Similar observations were made with blood samples collected at 1 year after renal allograft surgery. The frequency of P4 memory B cells (Fig. 8e) and TIGIT+ memory B cells (Fig. 8f) correlated with that of CD25+CD127lo CD4+ T cells. The frequency of P4 memory B cells (Fig. 8g) and TIGIT+ memory B cells (Fig. 8h) inversely correlated with that of CXCR5+ICOS+ T cells. We also found these were not the case for P1 TBs (Supplementary Fig. 15d, e). Taken together, data in Fig. 8 support that B10-like B cells especially P4 memory B cells expressing surface TIGIT play an important role in the immune regulation in allograft recipients. Data of correlation analyses for healthy subjects are presented in Supplementary Fig. 16a, b. The frequency of TIGIT+ memory B cells, but not B10-like B cells correlated with that of CD25+CD127lo CD4+ T cells (Supplementary Fig. 16a), but it was less significant when compared to that of renal allograft recipients (Fig. 8f). Although there was a trend of an inverse correlation between the frequency of TIGIT+ memory B cells and that of CXCR5+ICOS+ CD4+ T cells, it was not statistically significant (Supplementary Fig. 16b).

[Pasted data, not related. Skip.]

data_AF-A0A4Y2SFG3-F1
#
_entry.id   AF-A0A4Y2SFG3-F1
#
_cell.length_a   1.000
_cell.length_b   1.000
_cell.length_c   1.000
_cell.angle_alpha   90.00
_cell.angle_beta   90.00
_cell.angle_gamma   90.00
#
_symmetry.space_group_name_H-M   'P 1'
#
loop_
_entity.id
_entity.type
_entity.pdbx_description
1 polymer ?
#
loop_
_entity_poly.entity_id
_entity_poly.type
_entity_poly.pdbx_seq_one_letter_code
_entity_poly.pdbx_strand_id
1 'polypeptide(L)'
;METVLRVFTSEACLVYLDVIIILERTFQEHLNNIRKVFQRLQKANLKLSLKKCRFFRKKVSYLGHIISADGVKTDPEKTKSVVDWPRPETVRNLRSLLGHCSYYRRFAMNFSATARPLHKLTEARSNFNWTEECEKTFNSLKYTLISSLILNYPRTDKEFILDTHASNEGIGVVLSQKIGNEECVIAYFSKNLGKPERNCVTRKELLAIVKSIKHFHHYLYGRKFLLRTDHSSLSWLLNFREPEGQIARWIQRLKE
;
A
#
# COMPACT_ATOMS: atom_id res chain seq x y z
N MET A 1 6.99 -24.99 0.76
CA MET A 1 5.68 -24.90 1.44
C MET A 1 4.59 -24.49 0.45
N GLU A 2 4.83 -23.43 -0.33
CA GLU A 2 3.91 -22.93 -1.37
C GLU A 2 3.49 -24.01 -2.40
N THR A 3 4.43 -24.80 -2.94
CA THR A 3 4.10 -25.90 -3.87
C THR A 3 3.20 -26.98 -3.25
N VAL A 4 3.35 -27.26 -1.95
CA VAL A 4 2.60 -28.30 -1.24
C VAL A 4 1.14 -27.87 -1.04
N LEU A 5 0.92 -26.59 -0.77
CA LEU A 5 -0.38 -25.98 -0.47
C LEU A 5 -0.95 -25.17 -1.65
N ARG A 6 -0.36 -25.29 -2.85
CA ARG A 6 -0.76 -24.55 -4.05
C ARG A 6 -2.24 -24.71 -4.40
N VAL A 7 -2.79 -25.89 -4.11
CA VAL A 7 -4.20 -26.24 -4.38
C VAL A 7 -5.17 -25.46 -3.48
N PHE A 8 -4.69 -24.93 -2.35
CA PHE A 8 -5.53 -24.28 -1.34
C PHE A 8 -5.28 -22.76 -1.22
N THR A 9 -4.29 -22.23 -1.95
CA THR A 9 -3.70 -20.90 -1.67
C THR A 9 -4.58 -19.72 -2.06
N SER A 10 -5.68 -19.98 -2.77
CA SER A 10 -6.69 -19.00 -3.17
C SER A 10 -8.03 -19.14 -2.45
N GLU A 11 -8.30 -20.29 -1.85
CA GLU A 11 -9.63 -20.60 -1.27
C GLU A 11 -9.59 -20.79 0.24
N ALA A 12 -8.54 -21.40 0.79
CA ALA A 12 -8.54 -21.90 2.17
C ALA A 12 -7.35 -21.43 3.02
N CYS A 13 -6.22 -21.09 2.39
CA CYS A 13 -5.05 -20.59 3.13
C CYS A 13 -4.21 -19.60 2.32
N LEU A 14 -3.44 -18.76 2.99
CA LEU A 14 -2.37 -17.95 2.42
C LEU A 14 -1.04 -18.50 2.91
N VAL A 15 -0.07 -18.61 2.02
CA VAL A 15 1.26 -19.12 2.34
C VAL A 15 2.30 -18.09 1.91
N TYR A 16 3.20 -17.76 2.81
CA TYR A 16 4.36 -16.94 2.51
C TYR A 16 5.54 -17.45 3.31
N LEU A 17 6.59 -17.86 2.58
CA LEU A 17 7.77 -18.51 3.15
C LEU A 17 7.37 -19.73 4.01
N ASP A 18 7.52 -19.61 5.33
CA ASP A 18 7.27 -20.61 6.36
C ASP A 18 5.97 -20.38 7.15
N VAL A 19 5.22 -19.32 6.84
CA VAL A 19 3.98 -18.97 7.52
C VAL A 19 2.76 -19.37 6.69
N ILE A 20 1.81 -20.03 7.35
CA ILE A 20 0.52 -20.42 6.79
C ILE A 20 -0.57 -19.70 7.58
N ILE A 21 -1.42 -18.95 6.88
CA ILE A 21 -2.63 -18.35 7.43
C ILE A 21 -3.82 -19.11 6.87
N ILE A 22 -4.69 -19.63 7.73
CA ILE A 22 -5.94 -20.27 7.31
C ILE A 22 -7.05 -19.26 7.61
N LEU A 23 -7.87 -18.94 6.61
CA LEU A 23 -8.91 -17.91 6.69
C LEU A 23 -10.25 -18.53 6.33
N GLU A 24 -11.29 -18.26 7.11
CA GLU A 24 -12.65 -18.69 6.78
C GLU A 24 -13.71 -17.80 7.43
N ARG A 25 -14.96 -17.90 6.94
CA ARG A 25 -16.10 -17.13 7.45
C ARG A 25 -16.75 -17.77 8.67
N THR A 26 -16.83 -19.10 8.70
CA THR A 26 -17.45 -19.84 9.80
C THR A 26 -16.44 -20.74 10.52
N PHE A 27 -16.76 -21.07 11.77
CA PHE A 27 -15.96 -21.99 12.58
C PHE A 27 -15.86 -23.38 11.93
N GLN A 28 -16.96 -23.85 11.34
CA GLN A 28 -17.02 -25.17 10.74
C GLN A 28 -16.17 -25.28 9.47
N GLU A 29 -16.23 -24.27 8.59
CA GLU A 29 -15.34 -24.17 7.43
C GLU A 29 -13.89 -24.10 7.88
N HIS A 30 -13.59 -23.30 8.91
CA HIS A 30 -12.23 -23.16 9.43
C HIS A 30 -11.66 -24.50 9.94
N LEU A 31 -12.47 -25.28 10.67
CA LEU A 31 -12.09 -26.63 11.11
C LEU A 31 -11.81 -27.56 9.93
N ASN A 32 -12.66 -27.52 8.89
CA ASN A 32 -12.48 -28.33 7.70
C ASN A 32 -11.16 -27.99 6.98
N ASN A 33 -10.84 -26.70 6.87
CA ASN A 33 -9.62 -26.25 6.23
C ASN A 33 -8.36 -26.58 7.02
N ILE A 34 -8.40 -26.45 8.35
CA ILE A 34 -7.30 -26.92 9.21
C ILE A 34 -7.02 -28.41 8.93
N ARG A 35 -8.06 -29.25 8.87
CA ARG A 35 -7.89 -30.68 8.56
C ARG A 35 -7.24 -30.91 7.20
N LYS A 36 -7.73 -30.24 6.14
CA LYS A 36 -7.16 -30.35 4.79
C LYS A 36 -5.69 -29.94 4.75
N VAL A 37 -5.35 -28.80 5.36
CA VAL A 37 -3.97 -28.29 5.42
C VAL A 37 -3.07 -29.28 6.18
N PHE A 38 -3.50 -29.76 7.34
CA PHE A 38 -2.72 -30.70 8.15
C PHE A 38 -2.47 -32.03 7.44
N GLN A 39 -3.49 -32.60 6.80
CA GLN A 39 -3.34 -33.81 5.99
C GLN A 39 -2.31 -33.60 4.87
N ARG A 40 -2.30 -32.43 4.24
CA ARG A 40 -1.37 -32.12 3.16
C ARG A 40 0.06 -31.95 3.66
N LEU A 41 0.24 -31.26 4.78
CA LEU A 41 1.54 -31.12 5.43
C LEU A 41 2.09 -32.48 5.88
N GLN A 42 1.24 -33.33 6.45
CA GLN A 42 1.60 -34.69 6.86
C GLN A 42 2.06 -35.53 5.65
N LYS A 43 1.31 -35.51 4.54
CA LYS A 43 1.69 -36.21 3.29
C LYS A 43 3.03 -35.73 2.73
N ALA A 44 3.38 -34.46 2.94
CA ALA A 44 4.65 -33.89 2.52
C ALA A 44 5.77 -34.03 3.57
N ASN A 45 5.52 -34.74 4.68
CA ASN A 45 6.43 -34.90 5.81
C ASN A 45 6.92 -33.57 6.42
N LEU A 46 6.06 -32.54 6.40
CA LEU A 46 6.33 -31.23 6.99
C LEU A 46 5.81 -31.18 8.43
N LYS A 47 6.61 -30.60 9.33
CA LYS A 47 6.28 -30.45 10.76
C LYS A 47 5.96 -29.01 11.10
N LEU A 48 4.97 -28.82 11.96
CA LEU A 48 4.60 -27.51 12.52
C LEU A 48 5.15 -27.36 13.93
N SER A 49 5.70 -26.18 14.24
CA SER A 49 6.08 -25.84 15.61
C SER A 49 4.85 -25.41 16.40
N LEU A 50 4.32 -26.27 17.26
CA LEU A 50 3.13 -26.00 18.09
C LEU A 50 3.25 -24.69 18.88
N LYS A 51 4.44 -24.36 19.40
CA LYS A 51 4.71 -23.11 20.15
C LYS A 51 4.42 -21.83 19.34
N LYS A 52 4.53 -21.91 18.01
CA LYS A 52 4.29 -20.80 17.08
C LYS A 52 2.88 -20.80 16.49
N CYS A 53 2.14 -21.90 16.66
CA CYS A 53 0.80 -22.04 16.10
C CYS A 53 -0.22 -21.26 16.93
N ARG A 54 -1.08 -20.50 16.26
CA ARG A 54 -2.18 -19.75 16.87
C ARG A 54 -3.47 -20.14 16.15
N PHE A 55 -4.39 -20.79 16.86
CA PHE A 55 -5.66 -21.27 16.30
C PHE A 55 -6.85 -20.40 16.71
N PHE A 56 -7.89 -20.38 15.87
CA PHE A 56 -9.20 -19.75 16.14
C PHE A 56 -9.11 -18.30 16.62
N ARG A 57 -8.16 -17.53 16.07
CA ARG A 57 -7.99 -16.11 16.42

This study provides both immunological and clinical evidence for the implication of TIGIT+ memory B cells in immune regulation. TIGIT+ memory B cells, a fraction of B10-like Bregs and the human equivalent of murine B10 cells15, also possess multiple other characters of Bregs. These include their superior capability, when compared to other Bregs, to express IL-10, TGFβ1, and granzyme B9,15,29, as well as cell surface PD-L1, CD39, CD73, and TIM-17,8,10,30. All together, our data support that TIGIT+ memory B cells could represent human Bregs that are critical for immune regulation.